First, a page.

Raptors Won’t Roar Until Lowry, DeRozan Recapture Shooting Touch


GettyImages-532195424.0The Raptors are good enough and gritty enough to roar back. They’ve broken the soul-crushing, heartbreaking trend of playoff letdowns despite poor shooting from Kyle Lowry and DeMar DeRozan in Game 7 on Sunday in Toronto. They know it wasn’t pretty, but a win’s a win, and they take a win however they can get it. With their back to the wall, the Raptors beat the Pacers 89-84 in Sunday’s thrilling Game 7 to survive a best-of-seven series.

Even if the Raptors clawed their way to the Eastern Conference semifinals, no one is under the impression that Toronto matches well against the Miami Heat. But if they are to have a real chance this season, Raptors stars Lowry and DeRozan have to shoot the ball efficiently and consistently. Lowry and DeRozan are a prolific backcourt duo, but they’re not stepping up their game at the right time and have not come alive.

This series isn’t going to be any easier. This is DeRozan’s and Lowry’s prime, but they’ve both lost their shooting touch. They were unable to rediscover themselves, unable to elevate their game to their highest potential. The Raptors have not been so good that some have already written them off after another poor shooting performance. Who knows, DeRozan and Lowry may snap out of their shooting slump. In this series, if they can’t shoot the ball effectively, then the Heat would likely steamroll Toronto in four or five games. The cornerstones of the Raptors’ regular-season dominance — DeRozan and Lowry — couldn’t break out of this slump in a Game 1 loss at Air Canada Centre.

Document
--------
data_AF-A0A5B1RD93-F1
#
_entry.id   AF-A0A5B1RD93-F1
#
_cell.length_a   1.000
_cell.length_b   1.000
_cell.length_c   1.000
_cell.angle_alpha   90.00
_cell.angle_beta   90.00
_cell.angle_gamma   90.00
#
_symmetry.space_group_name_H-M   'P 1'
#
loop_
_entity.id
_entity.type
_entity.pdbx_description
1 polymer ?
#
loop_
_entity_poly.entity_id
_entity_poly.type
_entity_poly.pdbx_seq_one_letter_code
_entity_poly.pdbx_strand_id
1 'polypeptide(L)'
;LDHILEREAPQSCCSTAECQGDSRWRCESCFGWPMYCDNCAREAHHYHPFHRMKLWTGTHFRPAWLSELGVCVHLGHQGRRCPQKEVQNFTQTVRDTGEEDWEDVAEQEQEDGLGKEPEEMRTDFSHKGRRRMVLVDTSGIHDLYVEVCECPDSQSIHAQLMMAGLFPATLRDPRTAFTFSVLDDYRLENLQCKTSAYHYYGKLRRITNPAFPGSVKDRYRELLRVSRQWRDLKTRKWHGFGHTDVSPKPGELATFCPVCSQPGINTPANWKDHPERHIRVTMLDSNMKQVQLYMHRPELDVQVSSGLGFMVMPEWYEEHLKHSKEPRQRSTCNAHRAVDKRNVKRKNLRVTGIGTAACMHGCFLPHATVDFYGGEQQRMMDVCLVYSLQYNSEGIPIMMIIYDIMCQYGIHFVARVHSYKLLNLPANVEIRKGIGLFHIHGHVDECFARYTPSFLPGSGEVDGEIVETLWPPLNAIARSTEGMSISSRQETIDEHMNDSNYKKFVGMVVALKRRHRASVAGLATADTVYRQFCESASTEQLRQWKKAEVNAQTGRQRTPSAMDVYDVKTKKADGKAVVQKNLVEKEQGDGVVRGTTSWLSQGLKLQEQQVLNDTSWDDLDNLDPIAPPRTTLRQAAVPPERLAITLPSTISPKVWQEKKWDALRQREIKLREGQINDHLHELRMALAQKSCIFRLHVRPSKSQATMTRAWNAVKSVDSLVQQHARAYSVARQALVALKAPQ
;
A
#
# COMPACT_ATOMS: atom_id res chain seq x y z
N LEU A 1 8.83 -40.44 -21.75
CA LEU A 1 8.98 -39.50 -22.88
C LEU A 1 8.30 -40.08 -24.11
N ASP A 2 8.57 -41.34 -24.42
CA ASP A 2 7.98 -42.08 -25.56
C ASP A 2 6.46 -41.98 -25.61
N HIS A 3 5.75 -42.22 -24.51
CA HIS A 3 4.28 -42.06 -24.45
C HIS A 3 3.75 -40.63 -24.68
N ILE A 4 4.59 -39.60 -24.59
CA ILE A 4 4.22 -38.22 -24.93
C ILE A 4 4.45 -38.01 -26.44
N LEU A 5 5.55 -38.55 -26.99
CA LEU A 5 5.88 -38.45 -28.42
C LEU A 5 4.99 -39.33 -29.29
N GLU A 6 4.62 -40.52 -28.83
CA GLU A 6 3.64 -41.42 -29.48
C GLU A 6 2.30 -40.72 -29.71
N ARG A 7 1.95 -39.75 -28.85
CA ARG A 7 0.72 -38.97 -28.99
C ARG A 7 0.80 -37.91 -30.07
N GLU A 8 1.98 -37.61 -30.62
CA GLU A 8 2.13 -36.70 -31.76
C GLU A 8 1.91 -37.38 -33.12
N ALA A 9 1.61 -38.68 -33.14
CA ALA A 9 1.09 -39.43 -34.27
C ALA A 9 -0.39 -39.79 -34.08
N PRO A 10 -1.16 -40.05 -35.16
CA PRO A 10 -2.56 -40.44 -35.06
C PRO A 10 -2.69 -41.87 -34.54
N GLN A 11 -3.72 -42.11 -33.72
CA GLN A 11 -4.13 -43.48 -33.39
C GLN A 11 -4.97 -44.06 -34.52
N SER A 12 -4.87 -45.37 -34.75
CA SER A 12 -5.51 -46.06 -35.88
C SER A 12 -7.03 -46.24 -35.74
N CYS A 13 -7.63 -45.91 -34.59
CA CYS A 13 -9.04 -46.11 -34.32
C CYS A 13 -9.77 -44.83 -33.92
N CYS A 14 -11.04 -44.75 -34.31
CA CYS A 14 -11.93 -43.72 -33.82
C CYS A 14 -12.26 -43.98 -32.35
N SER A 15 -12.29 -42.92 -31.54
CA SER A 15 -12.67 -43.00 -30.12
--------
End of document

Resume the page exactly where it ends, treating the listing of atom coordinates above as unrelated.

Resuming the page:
With 3.3 seconds left in regulation, Lowry ran down the floor and let it fly, a half-court, rainbow shot that he watched fall through the basket. This night, Lowry had the worst shooting performance of his career, though he was shooting incredibly well during the regular-season. This isn’t to say that Lowry’s aggressive, on-court persona and confidence — which he believes he can turn it around while it’s still plenty of time to rectify his flawed shooting — have evaporated for good in this series. It’s just that, mind you, he’s been unable to yet deliver a dominating performance, even after his miracle shot that sent the Raptors to overtime. It wasn’t good enough to prevail in the end, and Tuesday’s Game 1 102-96 loss in overtime was an ominous sign of bad things to come, unless Lowry is capable of overcoming a stretch of mercurial shooting.

Having said that, it’s hard to imagine the Raptors emerging from the East. With Lowry and DeRozan struggling mightily, there’s no way Toronto will beat Miami to move on in these playoffs, just no way, and at least for now, it looks we’re all but certain to see them play in the Eastern Conference finals. For Lowry, the stakes are higher, and with a tougher challenge the Raptors face, the margin for error is diminishing. After shooting just 3-of-13 in Game against Miami, and 1-of-7 from three-point range, numbers that were far worse than his awful shooting in the first round against Indiana, Lowry went to work by himself on an empty court at Air Canada Centre. He was shooting and shooting at his late-night shootaround session until the wee hours of early morning, putting up shot after shot.